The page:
July 1, 2013
Bianca has been working on a website that will introduce her team’s research to people who are unfamiliar with microbiology. I am contributing by writing the section entitled Broader Impacts. I got excited when writing the abstract (it needs to be a lot shorter than what I have here!!), so I thought I would share some of these ideas with you:
Today, in an increasingly difficult funding climate, scientific research must be able to show how new insights contribute to societal challenges. It is no longer enough for a research team to want to pursue a creative, inventive idea. In order to receive funding a team must put together a proposal that shows that there is societal relevance to the research. Thus the focus on ‘broader impacts’.
So what does ‘broader impacts’ mean? And how will it help the teams at LBPA? Broader impacts means that a research group must take an interdisciplinary and transdisciplinary approach to their project. Interdisciplinary approaches integrate knowledge across the disciples (eg, biology with economics, scoiology, and philosophy). Transdisciplinary approaches seek to bring non-academics into the knowledge production process. (Of course, how you actually do these two tasks is something of a riddle.)
The teams at LBPA were designed so that chemists, biologists, physicists and engineers can communicate and problem solve together. This interdisciplinary approach to scientific research has benefited the research teams, for they are prepared to discuss a broad range of questions that arise during experiments. But they aren’t stopping there. Bianca’s team is interested in branching out to more disciplines to see how these other fields of knowledge can help her team both inside and outside of the lab. The arts, history, philosophy, anthropology, politics and other branches of the humanities are needed as well. These other disciplines will help Bianca’s team address the problems that they face in the future.
So what does it look like to integrate the humanities with the sciences? One approach is called ‘embedded humanism’. Embedded humanism places the humanist in the lab, doing the work of a true scientist. The term, embedded humanism works on the analogy of embedded journalism, which places journalists on the front line during wars so that their articles will reflect the situation more accurately.
The concept of embedded humanism has been richly developed by Erik Fisher, the Assistant Director of International Activities at the Center for Nanotechnology in Society at ASU. In 2010 Dr. Fisher designed an “experimental platform for scientists and engineers to incorporate the methods and perspectives of the social sciences and humanities” (Fisher). His project was called STIR: Socio-Technical Integration Research, and his main “objective was to understand the conditions under which science and engineering research practices can be responsive to social and ethical concerns” (Fisher). Dr. Fisher “embedded social scientists in over 30 different university and private sector labs across a dozen nations on three continents. The social researchers work[ed] for 12 weeks with their laboratory counterparts to unpack the social and ethical dimensions of research and innovation in real time and to document and analyze the results” (Fisher).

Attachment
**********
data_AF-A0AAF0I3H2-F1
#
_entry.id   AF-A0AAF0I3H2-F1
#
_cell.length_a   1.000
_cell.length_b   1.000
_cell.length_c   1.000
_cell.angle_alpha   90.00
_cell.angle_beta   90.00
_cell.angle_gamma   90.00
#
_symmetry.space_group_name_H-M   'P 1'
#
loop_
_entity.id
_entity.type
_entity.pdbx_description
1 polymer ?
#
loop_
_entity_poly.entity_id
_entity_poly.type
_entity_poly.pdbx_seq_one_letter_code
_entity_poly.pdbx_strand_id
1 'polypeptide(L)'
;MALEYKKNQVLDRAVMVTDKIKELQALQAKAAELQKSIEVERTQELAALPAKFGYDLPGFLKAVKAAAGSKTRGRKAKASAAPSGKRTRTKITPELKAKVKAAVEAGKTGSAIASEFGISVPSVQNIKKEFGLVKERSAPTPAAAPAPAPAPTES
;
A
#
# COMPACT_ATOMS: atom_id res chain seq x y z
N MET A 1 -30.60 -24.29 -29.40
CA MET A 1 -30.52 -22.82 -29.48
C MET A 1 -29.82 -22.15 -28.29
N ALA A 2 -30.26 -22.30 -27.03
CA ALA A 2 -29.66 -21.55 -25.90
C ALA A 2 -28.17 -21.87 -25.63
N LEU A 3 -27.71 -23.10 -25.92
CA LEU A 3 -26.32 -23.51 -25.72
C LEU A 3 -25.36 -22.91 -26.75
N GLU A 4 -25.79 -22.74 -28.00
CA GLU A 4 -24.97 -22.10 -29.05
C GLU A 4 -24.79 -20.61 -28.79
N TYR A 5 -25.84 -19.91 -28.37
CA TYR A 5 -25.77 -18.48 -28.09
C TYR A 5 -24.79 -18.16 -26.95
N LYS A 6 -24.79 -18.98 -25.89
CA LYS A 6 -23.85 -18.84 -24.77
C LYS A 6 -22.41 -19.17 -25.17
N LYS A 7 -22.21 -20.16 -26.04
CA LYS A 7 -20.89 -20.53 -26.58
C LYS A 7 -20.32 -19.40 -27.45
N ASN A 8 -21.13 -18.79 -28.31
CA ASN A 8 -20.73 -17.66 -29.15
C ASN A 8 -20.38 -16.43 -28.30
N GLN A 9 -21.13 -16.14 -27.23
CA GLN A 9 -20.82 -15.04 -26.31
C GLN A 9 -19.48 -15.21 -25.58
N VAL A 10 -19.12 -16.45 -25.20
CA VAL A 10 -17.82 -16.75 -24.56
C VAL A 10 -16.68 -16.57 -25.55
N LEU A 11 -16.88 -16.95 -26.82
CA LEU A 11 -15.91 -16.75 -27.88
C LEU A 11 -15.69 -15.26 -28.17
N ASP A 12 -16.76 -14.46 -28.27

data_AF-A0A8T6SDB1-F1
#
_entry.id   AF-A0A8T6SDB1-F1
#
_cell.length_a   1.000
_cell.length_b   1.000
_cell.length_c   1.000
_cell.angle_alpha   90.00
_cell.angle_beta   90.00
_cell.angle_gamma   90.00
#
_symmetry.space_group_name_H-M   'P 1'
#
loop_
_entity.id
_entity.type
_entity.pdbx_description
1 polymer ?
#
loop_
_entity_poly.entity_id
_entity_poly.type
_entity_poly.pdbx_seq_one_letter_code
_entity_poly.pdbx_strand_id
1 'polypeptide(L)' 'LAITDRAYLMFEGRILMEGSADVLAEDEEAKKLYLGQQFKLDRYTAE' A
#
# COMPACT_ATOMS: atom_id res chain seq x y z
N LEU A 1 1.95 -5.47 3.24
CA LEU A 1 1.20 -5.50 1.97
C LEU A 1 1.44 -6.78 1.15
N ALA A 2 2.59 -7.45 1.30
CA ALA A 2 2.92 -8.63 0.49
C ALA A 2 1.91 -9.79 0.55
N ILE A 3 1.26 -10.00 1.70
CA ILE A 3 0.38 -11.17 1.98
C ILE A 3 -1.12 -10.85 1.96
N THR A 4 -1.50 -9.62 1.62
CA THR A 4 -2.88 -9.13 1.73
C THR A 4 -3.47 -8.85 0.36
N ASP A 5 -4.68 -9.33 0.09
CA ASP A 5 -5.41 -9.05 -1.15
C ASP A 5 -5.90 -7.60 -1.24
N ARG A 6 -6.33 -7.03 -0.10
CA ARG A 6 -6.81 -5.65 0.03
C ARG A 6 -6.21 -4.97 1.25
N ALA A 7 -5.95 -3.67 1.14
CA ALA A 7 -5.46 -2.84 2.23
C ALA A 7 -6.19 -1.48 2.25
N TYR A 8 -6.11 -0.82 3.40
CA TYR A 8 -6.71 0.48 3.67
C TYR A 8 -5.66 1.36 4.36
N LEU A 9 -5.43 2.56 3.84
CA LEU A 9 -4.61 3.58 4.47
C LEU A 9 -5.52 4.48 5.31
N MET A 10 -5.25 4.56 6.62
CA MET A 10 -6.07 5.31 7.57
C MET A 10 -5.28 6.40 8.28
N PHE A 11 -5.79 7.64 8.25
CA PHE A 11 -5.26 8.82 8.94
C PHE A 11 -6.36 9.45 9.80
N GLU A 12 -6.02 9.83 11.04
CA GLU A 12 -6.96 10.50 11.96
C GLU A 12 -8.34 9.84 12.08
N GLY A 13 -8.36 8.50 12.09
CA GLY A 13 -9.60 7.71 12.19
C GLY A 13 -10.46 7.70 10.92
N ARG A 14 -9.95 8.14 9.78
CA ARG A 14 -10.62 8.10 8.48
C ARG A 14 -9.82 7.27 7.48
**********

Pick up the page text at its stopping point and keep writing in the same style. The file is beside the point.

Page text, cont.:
The STIR project turned out to be quite successful. I take inspiration from Fisher’s approach, and also from the approach of ‘field philosophy’ developed by CSID over the last 15 years. (For an introduction to field philosophy go here.)
There is a problem, however. Fisher had over $600,000 of government funding for his research, a huge team made of up doctoral students, postdoctoral researchers and a PhD of his own to structure his project. He had 12 weeks to conduct his project, and support from the National Science Foundation; Science, Technology and Society; Biology and Society; Mathematical and Physical Sciences and Society; Science of Science and Innovation Policy and the Office of International Science and Engineering. All of these institutions gave Dr. Fisher’s group an air of prestige and confirmation that their research was important and worth the time of the laboratories that they entered. (Similarly, CSID has had over a half million dollars to fund a variety of field philosophy projects, as well as a lot of support from the University of North Texas.)
But I’m only an undergraduate. I haven’t even started my junior year! I don’t have a team of social researchers with me in the lab engaging with the microbiologists. I don’t have 12 weeks to conduct my project. And I definitely don’t have a half million dollars of support. I am set up for failure: I am 20 years old, alone in a foreign country, not fluent in the language, not fluent in the language of microbiology and the world of ID/TD is new to me too.
But I take comfort from James Stewart, who said in Mr. Smith goes to Washington: “The lost causes are the only ones worth fighting for.” So I will count anything other than absolute failure as success!
I should also note the support that Bianca Scalvi has offered me. Without her none of this could have come off. Her open mind is the only reason that I am here in the first place, and I am endlessly grateful that she has allowed me to conduct this project. Also, CISD has been wonderful by supporting my project and talking me through some of the difficulties that I have come across. And so with Bianca’s and CISD’s support it looks like I might be able to not completely fail. My project is not the same as the STIR project, but maybe that is a good thing.
To put it differently, the experiment is, can you do embedded humanism/field philosophy as an undergraduate? And on a shoestring?
Learn more about STIR here: